Monday, February 22, 2010

Calling All Varmints

Last weekend, St. Pauli Girl and I were out of town. As we drove back and passed through a small Texas town, I noticed the sign on the local taxidermy shop: “Varmint Calling Contest This Weekend.” I was so stunned that I didn’t even mention it to St. Pauli Girl.

What in the world could that be? The easy solution would have been to go to the contest and check it out. But then I thought, what if the town gets overrun by varmints while I’m there? Better to play it safe.

But it kept gnawing at me like a dog or better yet a coyote biting off a bikini bottom in one of those Coppertone ads. Perhaps I should enter the contest. If I can train my dog to answer the phone, then if I use my cell phone to call my dog from the contest, and he answers with a bark, how does that not win? But then I have to worry about cell phone reception, and I would hate to have to go through all that training when I can’t get any bars on my phone. Plus St. Pauli Girl would be mad at me for referring to our dog as a varmint.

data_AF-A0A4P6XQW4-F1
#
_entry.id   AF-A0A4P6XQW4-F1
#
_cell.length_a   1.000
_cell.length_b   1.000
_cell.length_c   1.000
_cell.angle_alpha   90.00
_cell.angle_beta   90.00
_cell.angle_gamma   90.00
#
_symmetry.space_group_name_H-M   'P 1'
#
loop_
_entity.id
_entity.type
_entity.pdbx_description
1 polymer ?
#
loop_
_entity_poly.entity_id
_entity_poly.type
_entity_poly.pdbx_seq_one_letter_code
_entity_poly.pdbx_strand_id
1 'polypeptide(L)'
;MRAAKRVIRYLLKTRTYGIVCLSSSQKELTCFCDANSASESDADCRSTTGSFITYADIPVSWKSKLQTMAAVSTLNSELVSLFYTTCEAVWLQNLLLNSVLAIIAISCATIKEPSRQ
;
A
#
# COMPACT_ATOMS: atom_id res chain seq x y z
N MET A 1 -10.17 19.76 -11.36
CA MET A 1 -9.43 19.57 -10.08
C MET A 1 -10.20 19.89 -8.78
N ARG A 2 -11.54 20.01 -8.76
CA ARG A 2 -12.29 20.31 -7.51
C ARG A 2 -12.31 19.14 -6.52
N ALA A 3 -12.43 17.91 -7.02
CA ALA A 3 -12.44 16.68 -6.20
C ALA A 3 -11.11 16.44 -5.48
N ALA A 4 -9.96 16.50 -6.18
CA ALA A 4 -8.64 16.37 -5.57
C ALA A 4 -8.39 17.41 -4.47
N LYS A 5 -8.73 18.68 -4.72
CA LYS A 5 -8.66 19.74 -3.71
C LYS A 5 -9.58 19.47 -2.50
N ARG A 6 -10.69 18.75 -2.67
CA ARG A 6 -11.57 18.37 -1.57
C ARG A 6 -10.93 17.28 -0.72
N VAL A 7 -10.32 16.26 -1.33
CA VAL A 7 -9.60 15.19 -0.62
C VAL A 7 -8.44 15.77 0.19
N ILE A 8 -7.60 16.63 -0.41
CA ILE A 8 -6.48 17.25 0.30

Twenty years ago, I would have forgotten about the contest by now. But thanks to the internet, I instead wasted an entire day researching varmint calling. It turns out that varmint calling is the method of making animal noises to lure mostly coyotes or sometimes foxes to an area where you can them kill them. Or befriend them, which would make varmint calling akin to horse whispering. From my detailed research, the varmint call is usually the sound of a wounded jackrabbit intended to lure the varmint toward what he thinks is a delectable meal.

Others use the sounds of fellow coyotes, to attract a potential mate I suppose. Some of the advice I’ve seen for this includes:

1. Wear something off the shoulder.
2. Use a splash of perfume--preferably coyote urine.
3. Bring a nice bottle of wine, maybe a zinfandel.
4. Think sexy thoughts when making “the call.”

Varmint calling has a long and storied history going back to the first world championship which was won by Jim Dougherty in 1957. There have been national and state associations although California claims to be the only one still active. As Jim Dougherty himself said, varmint hunters “are adventurers, in a sense, who enjoy hunting some of our smartest animals in a one-on-one atmosphere where anything can happen and usually does."

So I guess I shouldn’t enter the contest with our dog because our dog is not one of the smartest animals, is technically not a varmint, and I would probably be expected to shoot him after calling him.

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